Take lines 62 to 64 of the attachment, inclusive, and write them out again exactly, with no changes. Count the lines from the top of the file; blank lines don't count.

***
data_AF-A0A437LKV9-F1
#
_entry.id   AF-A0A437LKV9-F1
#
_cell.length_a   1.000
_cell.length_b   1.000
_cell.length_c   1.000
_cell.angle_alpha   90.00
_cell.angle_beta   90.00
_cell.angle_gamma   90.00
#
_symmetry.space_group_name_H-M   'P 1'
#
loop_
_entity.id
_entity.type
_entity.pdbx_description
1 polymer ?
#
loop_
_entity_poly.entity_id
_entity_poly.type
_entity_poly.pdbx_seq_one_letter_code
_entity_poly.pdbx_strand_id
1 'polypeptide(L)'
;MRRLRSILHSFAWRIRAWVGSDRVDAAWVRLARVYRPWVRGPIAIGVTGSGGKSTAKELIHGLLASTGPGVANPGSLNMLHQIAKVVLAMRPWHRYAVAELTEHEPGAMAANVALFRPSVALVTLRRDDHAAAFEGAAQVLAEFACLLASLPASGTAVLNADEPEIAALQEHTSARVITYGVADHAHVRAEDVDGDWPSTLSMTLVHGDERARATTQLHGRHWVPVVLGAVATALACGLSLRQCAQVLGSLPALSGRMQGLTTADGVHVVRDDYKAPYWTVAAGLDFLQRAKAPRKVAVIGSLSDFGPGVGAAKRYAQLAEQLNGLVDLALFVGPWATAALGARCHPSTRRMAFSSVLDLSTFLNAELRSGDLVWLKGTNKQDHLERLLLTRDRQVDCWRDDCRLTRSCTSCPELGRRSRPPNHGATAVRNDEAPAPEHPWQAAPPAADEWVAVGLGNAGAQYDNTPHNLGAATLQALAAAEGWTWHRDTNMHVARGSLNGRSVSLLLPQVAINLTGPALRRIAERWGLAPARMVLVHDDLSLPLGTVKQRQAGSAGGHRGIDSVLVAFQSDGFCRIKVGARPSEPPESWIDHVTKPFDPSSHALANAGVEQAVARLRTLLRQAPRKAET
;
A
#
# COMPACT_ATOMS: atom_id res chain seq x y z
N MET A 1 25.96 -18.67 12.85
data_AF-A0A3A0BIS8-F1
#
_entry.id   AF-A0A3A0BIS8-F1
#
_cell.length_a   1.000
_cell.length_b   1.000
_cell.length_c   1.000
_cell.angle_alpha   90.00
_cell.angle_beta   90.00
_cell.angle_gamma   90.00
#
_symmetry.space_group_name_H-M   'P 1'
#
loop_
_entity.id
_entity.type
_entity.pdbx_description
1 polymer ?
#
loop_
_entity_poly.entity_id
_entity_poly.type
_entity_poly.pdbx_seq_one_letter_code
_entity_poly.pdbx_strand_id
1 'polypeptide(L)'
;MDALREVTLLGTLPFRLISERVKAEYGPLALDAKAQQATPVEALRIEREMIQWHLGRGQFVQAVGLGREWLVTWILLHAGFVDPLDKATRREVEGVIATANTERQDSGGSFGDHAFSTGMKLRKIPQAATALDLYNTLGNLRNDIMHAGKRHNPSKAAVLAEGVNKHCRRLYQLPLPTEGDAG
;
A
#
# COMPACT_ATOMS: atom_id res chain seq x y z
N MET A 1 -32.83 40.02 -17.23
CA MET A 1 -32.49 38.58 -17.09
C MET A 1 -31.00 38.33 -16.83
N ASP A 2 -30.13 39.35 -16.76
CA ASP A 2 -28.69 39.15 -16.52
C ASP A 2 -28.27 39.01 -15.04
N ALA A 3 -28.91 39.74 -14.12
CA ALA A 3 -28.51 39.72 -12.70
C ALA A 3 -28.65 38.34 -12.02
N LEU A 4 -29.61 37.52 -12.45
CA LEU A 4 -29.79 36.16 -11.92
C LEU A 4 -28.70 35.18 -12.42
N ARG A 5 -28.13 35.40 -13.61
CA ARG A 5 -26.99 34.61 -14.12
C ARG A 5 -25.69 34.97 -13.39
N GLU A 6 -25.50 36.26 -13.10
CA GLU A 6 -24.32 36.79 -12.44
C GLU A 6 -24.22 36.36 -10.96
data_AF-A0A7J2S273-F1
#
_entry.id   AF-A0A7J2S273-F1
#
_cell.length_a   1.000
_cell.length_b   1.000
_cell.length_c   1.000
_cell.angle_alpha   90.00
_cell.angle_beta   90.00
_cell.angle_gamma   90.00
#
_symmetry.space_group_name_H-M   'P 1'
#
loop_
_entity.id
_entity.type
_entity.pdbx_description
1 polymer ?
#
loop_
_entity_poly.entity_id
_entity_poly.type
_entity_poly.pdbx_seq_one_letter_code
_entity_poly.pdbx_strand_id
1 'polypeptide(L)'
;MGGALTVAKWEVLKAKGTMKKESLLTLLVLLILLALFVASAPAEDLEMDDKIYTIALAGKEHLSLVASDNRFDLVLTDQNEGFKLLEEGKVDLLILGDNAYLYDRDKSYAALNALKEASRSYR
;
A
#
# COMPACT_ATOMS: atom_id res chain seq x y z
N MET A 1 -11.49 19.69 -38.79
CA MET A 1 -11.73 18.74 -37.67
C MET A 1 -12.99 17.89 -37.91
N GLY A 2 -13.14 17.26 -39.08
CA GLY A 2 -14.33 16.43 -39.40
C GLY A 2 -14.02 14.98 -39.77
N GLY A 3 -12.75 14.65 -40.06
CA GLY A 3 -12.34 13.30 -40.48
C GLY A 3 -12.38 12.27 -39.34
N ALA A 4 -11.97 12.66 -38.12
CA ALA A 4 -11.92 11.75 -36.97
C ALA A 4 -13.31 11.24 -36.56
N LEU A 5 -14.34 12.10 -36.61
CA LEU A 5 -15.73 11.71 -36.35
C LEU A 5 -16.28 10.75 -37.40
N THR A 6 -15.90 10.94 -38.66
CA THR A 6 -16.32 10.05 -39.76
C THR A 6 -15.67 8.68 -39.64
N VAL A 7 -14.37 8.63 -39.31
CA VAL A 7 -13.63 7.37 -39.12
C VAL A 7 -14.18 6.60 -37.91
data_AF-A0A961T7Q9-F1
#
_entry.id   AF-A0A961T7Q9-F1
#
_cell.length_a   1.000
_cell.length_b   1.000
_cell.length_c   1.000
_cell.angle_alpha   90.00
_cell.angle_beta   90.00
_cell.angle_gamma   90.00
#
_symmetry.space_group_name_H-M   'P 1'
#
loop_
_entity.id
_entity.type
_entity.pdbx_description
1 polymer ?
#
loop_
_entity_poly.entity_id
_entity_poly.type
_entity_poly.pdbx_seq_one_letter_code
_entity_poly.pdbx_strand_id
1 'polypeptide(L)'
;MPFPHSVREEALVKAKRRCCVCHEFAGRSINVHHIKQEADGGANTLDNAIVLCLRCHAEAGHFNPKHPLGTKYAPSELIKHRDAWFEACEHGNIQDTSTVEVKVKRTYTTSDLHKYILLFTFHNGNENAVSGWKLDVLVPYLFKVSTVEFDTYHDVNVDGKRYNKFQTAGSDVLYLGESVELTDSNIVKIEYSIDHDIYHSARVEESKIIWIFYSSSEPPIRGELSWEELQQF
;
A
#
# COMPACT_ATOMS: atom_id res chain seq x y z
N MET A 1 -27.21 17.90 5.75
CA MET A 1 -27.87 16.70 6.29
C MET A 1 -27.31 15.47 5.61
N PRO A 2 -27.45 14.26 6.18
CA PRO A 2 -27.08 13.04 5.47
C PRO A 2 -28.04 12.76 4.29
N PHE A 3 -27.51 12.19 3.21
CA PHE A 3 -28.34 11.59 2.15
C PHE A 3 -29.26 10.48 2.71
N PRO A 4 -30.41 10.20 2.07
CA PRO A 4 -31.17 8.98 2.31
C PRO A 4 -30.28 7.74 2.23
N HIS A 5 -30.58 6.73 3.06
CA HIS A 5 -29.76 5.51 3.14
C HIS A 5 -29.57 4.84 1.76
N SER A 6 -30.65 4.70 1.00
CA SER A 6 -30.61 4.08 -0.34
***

N MET A 1 -32.83 40.02 -17.23
CA MET A 1 -32.49 38.58 -17.09
C MET A 1 -31.00 38.33 -16.83